In early 1997, Rajiv developed the web publishing system for The Sports Network, a PNI affiliate. The sports update pages of major publications including the New York Times Online, Boston.com, Lycos, CompuServe and several Knight-Ridder newspapers are powered by this software. This software which PNI provided to The Sports Network allowed them to build a profitable co-branded sports web site business. This was one of the early automated co-branding systems on the web. It allows a content provider to easily build hundreds of web sites for affiliates and customers.
In 1996, helped create the Cyberzone web site at the Franklin Institute Science Museum, a PNI affiliate. On this site, visitors to the museum can publish their own home page with their photo in seconds. Rajiv developed the software that hosts these several thousand home pages. This was an early example of helping people in the community publish their own home pages with us.
In 1996, Rajiv created an e-mail gateway between the legacy Atex system and the Internet. This was the first such product and many corporations including Atex were interested in it. This provided instant e-mail access to nearly a thousand Atex users immediately long before the PNI’s Internet mail server was set up. Provided newsrooms a way to send text in and out of their Atex systems without having to learn a new system. Several people still use this to receive stories, wires, and other information from all over the world for free. They also use this to transfer files to their home computer to do work. Some newsroom people still rely on this to receive regular feeds of information from outside sources.
In 1997, he planned and installed the Internet mail server PNI and handed it over to the Telecom department. Also helped the Telecom department set up Remote access and Virtual Private Networking to allow people to work from remote locations. This helped eliminate the need for accounts at external ISPs saving PNI over $4,000 per month.
From 1996 till recently he implemented and managed the firewalls for protecting PNI’s network from the Internet as well as for protecting the web site. He then worked with the Systems’ department in transitioning this role to them.
Over the years, he has developed several solutions for the publishing side. These rang from small automated programs to creating full fledged software like the system that allows authorized newsroom people to transfer files to and from Atex securely over the Internet. With this tool, users can drag a word processor document from their PC to a web page and have it appear in an Atex queue and vice versa. This is the simplest, securest mechanism for transferring word processor documents into the Atex systems. These web based remote publishing tools became very popular with the newsroom systems’ people. They saved money for long distance calls and were faster, more reliable and easier to use (just need a web browser) than the dial-up mechanism the newsrooms were using before. These tools are used by foreign correspondents and affiliates like AccuWeather to send PNI data.
In 1997, he created the web based system for doing Ad layout on pages for the print side. This was referred to as the "Netscape Interface" by the publishing folks. This was a temporary solution to a major problem publishing systems people were facing for a while. It addressed the difficulties in placing ads on pages and sending to multiple Atex networks on the Inquirer side. Eventually, Atex upgraded their system and we didn't need it anymore but until that happened this system was what kept things going.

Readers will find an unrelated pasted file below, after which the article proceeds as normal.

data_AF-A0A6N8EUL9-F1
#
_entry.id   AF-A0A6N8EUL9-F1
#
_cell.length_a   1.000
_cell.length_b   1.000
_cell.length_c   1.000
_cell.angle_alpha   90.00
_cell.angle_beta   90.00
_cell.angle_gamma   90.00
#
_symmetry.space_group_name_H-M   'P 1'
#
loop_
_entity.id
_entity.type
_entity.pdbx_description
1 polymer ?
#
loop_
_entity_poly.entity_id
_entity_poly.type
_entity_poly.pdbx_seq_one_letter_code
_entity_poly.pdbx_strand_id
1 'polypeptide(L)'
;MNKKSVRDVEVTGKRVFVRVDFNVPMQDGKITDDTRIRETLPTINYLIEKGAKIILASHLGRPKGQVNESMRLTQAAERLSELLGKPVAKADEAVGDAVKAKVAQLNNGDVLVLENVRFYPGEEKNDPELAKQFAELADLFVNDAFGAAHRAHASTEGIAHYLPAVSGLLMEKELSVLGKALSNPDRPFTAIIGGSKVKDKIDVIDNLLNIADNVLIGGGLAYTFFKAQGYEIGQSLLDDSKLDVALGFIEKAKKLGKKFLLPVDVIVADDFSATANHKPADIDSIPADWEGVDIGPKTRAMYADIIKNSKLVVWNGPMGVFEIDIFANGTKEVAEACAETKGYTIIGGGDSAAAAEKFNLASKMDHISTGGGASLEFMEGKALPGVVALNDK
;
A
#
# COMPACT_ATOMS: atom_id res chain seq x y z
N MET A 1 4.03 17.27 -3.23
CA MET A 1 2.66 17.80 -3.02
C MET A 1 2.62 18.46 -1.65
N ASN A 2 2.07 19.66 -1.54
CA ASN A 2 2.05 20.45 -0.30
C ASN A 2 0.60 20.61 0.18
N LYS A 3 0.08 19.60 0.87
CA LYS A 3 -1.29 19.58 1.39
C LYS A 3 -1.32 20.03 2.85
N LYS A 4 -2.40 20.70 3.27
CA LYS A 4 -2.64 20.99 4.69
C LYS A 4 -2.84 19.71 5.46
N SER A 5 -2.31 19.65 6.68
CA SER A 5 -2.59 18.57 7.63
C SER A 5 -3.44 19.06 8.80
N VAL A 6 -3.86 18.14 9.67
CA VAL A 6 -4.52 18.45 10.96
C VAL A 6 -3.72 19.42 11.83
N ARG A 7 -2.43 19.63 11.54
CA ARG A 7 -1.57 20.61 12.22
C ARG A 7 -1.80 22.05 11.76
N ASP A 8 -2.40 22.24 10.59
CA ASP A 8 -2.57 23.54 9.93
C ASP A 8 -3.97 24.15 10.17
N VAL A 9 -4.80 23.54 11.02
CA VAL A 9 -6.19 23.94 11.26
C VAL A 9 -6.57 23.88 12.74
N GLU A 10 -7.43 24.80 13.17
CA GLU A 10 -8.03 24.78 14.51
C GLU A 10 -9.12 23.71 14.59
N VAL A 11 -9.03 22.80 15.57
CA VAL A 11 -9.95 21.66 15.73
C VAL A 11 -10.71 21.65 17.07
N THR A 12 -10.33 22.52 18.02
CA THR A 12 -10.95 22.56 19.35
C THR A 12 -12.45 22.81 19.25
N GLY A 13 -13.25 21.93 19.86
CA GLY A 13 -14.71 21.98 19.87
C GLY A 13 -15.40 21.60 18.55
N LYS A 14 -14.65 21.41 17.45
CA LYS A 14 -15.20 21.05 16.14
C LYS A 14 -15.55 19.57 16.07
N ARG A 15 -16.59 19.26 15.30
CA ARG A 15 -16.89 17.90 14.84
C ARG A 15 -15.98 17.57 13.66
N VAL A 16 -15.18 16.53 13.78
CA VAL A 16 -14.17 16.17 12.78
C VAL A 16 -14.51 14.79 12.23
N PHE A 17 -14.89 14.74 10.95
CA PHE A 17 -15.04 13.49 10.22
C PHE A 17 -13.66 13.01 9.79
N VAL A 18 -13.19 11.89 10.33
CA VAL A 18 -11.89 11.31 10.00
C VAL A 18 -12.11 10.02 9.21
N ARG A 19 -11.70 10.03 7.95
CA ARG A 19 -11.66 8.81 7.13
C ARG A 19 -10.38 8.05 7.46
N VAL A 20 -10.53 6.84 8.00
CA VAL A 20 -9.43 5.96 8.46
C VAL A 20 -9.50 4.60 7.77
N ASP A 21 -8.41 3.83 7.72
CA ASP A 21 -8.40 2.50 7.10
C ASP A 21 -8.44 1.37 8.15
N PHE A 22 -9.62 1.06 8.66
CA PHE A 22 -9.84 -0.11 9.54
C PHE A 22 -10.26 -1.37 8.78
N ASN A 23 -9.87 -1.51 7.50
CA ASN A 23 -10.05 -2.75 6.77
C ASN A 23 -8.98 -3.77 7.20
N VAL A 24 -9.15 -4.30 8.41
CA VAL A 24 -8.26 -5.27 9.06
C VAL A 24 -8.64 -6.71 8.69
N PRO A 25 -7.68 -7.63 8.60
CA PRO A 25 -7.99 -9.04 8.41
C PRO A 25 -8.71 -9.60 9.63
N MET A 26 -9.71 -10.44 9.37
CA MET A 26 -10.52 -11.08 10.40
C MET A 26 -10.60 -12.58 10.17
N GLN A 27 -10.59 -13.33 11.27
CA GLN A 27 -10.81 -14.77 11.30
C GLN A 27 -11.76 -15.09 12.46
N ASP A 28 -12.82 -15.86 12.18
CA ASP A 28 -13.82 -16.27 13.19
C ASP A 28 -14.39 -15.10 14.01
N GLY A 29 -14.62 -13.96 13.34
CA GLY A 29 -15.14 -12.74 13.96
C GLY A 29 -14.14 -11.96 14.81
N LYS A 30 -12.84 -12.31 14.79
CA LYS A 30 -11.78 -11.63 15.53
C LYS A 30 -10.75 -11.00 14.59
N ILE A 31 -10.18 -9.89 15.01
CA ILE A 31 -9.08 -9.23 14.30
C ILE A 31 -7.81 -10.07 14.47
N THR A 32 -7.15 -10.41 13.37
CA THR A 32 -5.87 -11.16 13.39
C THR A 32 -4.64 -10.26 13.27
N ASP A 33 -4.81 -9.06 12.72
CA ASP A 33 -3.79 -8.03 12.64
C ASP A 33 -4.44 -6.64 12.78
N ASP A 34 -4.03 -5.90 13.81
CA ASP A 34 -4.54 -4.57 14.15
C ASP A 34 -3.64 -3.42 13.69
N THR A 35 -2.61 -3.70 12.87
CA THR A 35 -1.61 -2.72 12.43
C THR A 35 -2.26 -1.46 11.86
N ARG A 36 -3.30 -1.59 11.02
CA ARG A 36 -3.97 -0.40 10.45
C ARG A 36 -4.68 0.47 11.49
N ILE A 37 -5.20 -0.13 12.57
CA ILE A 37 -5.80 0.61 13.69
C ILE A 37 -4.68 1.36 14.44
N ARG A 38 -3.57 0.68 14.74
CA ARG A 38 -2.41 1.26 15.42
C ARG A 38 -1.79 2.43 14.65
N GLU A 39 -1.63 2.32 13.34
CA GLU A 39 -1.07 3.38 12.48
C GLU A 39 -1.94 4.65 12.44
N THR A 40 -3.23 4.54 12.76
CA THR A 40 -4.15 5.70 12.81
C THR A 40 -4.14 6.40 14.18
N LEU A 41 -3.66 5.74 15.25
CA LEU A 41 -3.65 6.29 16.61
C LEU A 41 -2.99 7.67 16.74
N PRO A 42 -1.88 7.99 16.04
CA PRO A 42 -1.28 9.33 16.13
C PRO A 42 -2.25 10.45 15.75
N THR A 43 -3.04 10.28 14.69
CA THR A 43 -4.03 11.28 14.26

Rajiv developed new system for capture, pre-processing, and transfer of both newspapers' articles to MediaStream. The system automates several sorting and formatting tasks that were previously done manually. It freed up the Library staff several extra hours each day that they can better utilize to do other work. The library now has only one person assigned to this task which was handled by 5 or 6 before. The others are now involved in other productive projects.
He also provided consulting and support to the Library department with setting up PNI’s Intranet site.
In 1997, he helped set up the PNI corporate web site which included an online edition of company’s internal newsletter, Between Editions.
Often, when other departments at PNI have needed technological solutions, Rajiv has been the one to go to for help.
Rajiv began writing programs on his IBM PC he was in 5th grade. Within two years, he began computer consulting and programming for companies while still struggling with 7th grade homework. (They didn't pay him any money because he was too young, but they let him play on their computers.)
When Philly Online had it’s first party to celebrate one year of the site, Rajiv wasn’t allowed to drink because he was still under 21. Shortly after joining Philly Online, he became famous for setting a sandwich on fire in a microwave. He continues to be known for doing such things, a recent example being filling gas in a diesel truck and driving it around town now knowing why it was blowing smoke like a chimney.
Before joining Philadelphia Online, he worked at Unisys corporation on a universal e-mail inbox system to integrate voicemail, fax, and e-mail. Before Unisys, he consulted and programmed for numerous corporations as well as for individuals.
Rajiv has been maintaining his personal web site since 1994 which once upon a time used to get more visits than Philly Online. One of the popular parts of his personal site is the software and tech tips page where you can download for free some of the software he has developed for the web community. Another is the India: Humor Jokes and Fun site. Rajiv’s India Information site was once linked from the Washington Post’s web site as one of the 4 or 5 major India related sites. Last year, Roger Ebert the famous movie critic wrote a good review of rajiv.com in his column in Yahoo’s print magazine.
Software written by Rajiv has been featured on Netscape’s technical support site. Impressed by the work that Rajiv and others in the Philly Online tech group had done, people at Microsoft including Bill Gates himself have praised Philly Online’s technological innovations giving specific examples from the site.